Iacocca: I have the finest colon doctor in the world and he started me 25 years ago. I recommend it to everybody and I recommend it to you. I have taken one pack of Metamucil every night for the last 25 years. That fiber has saved me, because when I was about 40, I got a touch of diverticulitis in the colon and everybody said you couldn't eat strawberries, and you couldn't eat nuts and so forth. I've ignored the diet completely. I keep so full of fiber with Metamucil that I've never felt better in my life.

SerVaas: You had a really pioneering state-of-the-art doctor way before his time.

Iacocca: He studied the African nations and watched what they ate. It was 100 percent fiber and he wondered why they never had any colon disease of any type and therefore he was way ahead of his time.

SerVaas: He truly was.

Iacocca: I probably have saved 500 lives by spreading the gospel.

SerVaas: And don't let a surgeon touch them with a knife.

Iacocca: Exactly. I'm high fiber by supplementing it with the Metamucil, which is a psyllium-type fiber and seems to do well by me.

SerVaas: And this doctor isn't going to let you have bypass surgery either because he's going to give you enough of the right diet, low fat, right?

Iacocca: I hope so. I should be better at it but I watch my diet. I'm a moderate. I found that I can now, instead of eating butter, eat those sticks that have 60 percent margarine and have about 40 butter. Instead of 12 eggs a week, I probably do 4 now. Just by watching it, I don't miss anything. Not flavor, only calories. I don't feel restricted in any way. I've just been eating cautiously and I think it's helpful. I hope so.

SerVaas: Well, I think that's great news. When we print every word you've said, I hope that all your Chrysler employees will eat that highfiber diet too so you won't have medical bills for diverticulitis.

Iacocca: Right.

SerVaas: Or cancer of the colon.

SerVaas: Yes, right. Well, you probably don't ever plan to retire, do you?

Iacocca: Well, no, I have strong feelings about work? I'm writing a book this fall. I have a few paragraphs in there about all the people that I ever saw who began to beat the drum for retiring at 55 or 60. They were highly active but they usually got into deep trouble and even died, and I don't want that to happen to me. I've been too active. I would always do something. I enjoy my work, especially now that we're oer the hump at Chrysler, and I intend to stay until I'm 65, and then after that we'll see. I'll be active doing something. I don't know quite yet what I'll do.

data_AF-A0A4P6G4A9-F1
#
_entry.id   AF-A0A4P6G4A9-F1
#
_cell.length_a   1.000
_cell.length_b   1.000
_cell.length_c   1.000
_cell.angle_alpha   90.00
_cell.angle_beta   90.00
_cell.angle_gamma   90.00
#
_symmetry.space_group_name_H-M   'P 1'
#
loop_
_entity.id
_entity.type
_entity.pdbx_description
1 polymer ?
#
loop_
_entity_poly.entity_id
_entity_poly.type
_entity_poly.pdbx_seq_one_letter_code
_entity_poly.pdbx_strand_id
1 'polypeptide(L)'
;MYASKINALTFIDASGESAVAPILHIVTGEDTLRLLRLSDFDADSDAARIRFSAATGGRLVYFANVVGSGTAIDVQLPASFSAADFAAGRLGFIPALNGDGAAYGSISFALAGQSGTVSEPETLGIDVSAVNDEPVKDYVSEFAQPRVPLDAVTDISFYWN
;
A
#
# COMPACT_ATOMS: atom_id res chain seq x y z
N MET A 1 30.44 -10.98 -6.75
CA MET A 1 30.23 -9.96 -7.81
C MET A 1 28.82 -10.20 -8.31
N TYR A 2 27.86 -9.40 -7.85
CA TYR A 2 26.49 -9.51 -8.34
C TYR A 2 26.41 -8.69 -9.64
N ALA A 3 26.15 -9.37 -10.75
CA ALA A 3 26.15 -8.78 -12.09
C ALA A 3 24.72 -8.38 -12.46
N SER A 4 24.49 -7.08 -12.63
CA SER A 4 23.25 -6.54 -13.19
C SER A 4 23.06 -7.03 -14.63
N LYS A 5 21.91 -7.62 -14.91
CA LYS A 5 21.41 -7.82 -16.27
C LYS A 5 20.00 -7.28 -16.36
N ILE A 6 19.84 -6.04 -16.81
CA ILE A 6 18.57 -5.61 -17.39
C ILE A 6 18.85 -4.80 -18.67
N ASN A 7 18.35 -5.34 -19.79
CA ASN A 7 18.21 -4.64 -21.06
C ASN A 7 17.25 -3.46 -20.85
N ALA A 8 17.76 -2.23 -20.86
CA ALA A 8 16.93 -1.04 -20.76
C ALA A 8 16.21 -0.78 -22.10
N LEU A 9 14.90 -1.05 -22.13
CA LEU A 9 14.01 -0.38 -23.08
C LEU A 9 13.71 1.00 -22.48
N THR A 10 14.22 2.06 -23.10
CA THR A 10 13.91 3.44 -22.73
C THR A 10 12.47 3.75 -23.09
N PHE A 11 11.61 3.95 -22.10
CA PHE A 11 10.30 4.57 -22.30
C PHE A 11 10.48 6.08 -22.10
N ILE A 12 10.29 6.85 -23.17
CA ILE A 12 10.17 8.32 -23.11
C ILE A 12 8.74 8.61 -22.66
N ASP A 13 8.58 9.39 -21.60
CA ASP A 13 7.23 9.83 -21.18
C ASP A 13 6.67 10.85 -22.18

SerVaas: You'll probably start making 20-year plans in a new business.

Iacocca: Five at a time, five at a time.

SerVaas: What's the name of your book?

Iacocca: Iacocca, an Autobiography.

SerVaas: That "auto" will be separated from "biography"?

Iacocca: I told them they should make it in the shape of a car, but they didn't take me up on it.

SerVaas: What if someone just asked you, What person in history do you most admire--is there one person?

Iacocca: You know I was a young boy during World War II, and I was always impressed with Winston Churchill because of his ability to communicate--not to speak well but to use the English language and motivate and communicate. Of our own people, I always think I'm closer to someone like a Harry Truman. Pragmatic as h----. Ideology is fine, and we should have some ideals, but sometimes you have to get on with it and do the job. So I'd say people like Truman. A lot of people don't agree with me, but I admire Franklin Roosevelt, too.

SerVaas: How about Teddy Roosevelt?

Iacocca: Yes, I've read about him, but I identify more with people with whom I was a contemporary or at least lived through the same era, so FDR and Truman impressed me during a very difficult period in the world ending up with the nuclear devastation of Japan. So the two of them and Churchill, those type of people--I read all of the books about them. I know a lot about them and I admire them.

SerVaas: My husband is a macho man like you, and Winston Churchill is a man he greatly admired too. Incidentally, one of his companies makes automobile forgings for Chrysler. I don't know if you knew, and when you were down, we would have gone under too, so we were praying for you.